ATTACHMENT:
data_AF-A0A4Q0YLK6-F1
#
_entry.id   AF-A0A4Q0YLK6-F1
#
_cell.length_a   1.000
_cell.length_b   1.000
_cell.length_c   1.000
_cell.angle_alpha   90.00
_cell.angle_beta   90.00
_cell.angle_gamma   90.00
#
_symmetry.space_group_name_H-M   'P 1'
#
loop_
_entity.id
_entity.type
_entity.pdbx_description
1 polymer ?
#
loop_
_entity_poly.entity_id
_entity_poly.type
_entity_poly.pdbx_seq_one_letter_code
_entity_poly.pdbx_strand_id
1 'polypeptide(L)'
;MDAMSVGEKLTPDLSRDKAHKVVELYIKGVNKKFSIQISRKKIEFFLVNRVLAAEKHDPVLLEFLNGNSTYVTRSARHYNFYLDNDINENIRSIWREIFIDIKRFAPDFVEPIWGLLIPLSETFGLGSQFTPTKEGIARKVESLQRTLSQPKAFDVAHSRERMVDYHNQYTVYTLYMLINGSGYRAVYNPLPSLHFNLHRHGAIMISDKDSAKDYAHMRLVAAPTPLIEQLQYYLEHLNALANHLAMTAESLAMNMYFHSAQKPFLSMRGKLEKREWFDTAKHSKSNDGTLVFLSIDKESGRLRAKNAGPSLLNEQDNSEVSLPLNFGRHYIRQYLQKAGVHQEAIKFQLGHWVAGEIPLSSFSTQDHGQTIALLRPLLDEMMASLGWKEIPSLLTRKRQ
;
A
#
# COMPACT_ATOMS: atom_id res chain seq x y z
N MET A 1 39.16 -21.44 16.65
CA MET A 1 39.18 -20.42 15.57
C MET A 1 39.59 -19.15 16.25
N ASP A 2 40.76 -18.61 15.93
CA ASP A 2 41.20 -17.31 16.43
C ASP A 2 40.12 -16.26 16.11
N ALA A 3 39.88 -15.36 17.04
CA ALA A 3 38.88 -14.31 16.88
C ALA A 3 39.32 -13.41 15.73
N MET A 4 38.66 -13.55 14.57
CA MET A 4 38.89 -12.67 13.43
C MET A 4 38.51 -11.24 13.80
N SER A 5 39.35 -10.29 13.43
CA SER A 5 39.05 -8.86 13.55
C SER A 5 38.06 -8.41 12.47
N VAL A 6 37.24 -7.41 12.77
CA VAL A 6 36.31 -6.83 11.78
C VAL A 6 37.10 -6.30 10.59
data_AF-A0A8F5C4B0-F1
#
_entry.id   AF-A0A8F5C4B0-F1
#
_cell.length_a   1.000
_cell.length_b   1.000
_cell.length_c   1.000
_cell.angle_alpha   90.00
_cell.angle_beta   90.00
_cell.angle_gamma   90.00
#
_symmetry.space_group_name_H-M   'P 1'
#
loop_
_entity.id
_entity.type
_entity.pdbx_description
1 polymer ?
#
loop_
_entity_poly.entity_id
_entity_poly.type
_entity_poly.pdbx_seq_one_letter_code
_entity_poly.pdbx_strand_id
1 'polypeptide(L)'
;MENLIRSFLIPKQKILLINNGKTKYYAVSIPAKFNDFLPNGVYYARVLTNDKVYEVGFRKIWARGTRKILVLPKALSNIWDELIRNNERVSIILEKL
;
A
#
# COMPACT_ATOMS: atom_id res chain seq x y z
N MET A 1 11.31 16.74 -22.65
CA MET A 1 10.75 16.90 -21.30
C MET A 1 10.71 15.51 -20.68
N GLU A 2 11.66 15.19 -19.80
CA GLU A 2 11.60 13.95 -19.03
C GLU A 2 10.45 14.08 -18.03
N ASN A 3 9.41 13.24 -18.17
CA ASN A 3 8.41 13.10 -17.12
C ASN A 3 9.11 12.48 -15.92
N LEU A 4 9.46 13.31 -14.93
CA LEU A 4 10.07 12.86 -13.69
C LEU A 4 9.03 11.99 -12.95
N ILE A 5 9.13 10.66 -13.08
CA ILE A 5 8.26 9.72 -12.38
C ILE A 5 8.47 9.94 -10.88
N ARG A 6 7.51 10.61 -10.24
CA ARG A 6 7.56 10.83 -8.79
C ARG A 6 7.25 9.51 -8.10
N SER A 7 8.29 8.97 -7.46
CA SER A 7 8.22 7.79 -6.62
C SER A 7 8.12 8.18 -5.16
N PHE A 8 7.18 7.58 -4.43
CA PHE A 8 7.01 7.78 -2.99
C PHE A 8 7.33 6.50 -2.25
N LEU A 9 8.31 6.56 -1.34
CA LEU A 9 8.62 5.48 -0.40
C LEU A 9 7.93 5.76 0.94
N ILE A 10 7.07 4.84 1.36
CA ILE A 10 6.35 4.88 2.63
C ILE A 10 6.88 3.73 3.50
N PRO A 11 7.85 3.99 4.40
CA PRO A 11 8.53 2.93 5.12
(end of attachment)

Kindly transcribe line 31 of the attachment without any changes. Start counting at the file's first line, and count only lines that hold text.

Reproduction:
N MET A 1 39.16 -21.44 16.65